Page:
A New Angle on Anxiety
Clinical anxiety affects up to 30 percent of Americans who are in great need of better treatments with fewer side effects. A study from Boston Children’s Hospital finds that certain neurons in the hypothalamus play a central, previously unknown role in triggering anxiety. Targeting them, rather than the whole brain, could potentially provide a more effective treatment for anxiety and perhaps other psychiatric disorders. Experiments in mice showed that blocking the stress hormone corticotropin-releasing hormone (CRH) selectively in this group of neurons erased the animals’ natural fears. Mice with the deletion readily walked elevated gangplanks, explored brightly lit areas and approached novel objects – things normal mice would avoid. To read more, click here.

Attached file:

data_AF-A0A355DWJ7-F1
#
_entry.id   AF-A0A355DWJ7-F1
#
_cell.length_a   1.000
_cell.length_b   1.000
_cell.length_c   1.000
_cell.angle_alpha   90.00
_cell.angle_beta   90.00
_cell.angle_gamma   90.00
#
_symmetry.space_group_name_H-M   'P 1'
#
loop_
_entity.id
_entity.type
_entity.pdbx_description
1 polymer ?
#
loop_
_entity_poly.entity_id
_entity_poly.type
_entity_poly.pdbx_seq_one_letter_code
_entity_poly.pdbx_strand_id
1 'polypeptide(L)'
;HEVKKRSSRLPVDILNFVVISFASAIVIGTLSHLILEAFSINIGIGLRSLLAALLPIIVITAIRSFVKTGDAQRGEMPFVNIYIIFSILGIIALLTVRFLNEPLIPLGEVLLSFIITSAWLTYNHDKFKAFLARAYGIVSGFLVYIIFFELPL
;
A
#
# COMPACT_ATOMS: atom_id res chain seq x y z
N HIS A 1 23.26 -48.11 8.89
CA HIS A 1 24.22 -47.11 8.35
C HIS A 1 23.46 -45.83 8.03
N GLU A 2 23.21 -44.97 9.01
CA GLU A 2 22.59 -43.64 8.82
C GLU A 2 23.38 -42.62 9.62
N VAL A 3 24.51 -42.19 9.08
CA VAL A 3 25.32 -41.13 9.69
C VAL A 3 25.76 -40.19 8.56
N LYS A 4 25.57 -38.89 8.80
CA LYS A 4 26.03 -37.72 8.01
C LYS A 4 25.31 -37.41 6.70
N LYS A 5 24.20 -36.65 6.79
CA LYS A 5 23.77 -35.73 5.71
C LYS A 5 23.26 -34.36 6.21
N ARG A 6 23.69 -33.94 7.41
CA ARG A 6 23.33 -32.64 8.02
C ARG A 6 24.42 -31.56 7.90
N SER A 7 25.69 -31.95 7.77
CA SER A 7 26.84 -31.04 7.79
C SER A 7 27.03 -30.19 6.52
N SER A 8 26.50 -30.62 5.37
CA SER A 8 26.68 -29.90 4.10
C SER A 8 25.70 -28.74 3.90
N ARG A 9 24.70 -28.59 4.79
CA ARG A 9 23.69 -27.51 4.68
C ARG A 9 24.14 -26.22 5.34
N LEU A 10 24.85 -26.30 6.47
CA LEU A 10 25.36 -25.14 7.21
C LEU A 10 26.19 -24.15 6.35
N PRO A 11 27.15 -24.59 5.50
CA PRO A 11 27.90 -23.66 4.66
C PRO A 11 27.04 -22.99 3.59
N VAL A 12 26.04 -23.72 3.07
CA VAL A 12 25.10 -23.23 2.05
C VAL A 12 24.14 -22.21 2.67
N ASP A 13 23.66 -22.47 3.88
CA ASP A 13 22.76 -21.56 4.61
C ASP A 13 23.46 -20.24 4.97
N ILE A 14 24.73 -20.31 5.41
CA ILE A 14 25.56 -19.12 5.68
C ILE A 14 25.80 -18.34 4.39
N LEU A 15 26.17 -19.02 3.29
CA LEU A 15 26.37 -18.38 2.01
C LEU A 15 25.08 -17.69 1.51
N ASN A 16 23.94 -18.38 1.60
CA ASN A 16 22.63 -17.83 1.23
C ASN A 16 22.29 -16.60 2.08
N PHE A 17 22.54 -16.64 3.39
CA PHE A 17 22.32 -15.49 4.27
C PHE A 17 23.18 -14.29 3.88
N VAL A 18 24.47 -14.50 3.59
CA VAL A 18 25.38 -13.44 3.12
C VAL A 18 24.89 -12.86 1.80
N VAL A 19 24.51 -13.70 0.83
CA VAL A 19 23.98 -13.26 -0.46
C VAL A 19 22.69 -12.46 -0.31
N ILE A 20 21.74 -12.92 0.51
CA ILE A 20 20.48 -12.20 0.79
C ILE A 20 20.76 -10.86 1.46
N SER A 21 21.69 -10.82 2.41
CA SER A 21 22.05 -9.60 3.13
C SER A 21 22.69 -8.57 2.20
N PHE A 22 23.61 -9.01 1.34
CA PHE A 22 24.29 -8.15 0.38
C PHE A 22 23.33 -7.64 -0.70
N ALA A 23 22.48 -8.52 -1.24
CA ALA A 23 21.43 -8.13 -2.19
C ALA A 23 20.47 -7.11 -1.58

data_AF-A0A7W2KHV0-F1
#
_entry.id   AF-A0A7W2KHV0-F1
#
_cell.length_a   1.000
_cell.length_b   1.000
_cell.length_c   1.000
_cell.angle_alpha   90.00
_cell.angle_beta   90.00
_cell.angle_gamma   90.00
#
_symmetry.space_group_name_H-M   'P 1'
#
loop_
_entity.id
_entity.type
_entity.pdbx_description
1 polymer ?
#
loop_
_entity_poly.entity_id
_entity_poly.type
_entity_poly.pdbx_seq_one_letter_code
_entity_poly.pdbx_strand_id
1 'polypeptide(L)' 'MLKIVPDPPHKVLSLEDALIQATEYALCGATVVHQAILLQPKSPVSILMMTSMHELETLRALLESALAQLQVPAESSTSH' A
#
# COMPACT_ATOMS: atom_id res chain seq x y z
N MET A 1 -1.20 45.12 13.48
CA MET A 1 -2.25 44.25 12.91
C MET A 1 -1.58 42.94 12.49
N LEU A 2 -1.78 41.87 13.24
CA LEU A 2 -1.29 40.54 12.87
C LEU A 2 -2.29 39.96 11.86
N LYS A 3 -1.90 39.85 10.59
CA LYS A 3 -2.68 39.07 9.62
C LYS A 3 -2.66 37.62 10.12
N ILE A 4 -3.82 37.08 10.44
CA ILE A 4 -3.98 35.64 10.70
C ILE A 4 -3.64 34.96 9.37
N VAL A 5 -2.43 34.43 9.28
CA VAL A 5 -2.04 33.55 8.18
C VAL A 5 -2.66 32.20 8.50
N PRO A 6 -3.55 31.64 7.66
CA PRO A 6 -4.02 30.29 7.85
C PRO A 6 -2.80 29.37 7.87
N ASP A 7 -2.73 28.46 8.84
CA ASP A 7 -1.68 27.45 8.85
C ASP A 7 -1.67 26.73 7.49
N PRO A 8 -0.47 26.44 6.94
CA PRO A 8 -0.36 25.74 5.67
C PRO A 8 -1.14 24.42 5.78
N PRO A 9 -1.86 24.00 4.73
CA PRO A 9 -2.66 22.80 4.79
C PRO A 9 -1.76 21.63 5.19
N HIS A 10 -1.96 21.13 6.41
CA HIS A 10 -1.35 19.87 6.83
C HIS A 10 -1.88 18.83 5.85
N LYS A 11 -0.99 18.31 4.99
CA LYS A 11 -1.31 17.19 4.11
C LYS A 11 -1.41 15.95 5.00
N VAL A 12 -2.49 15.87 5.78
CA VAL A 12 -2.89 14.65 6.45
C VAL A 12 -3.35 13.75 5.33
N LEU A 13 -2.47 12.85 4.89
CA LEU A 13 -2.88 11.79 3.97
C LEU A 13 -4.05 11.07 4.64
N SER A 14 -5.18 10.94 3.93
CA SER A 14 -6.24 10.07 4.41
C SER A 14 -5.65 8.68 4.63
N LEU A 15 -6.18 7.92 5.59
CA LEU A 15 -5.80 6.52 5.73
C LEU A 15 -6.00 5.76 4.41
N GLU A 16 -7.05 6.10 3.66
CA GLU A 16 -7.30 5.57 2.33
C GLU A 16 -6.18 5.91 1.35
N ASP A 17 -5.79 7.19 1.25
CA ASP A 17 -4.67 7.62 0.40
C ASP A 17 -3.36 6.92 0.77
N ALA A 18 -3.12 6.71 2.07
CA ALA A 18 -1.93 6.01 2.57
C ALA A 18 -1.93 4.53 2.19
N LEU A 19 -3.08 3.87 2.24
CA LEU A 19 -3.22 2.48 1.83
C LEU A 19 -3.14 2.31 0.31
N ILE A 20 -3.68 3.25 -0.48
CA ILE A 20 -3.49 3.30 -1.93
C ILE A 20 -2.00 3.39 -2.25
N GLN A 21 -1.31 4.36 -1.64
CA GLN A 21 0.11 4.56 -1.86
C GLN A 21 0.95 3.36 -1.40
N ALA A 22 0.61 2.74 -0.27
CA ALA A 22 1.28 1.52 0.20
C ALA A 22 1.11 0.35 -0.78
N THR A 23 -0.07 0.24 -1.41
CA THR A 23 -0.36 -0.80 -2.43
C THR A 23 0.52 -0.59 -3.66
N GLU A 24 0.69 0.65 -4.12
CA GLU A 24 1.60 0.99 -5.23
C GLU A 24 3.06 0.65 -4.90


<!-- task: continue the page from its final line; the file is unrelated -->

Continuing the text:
Winter Clinics for Cranial and Spinal Surgery
Feb. 25, 2018 - Mar. 1, 2018; Snowmass Village, Colo.
69th Southern Neurosurgical Society Annual Meeting
Feb. 28, 2018 - Mar. 3, 2018; San Juan, PR
Second International Brain Mapping Course
April 26-27, 2018; New Orleans
2018 AANS Annual Scientific Meeting
April 28-May 2, 2018; New Orleans
2018 American Society for Stereotactic and Functional Neurosurgery Biennial Meeting
Jun. 2, 2018 - Jun. 5, 2018; Denver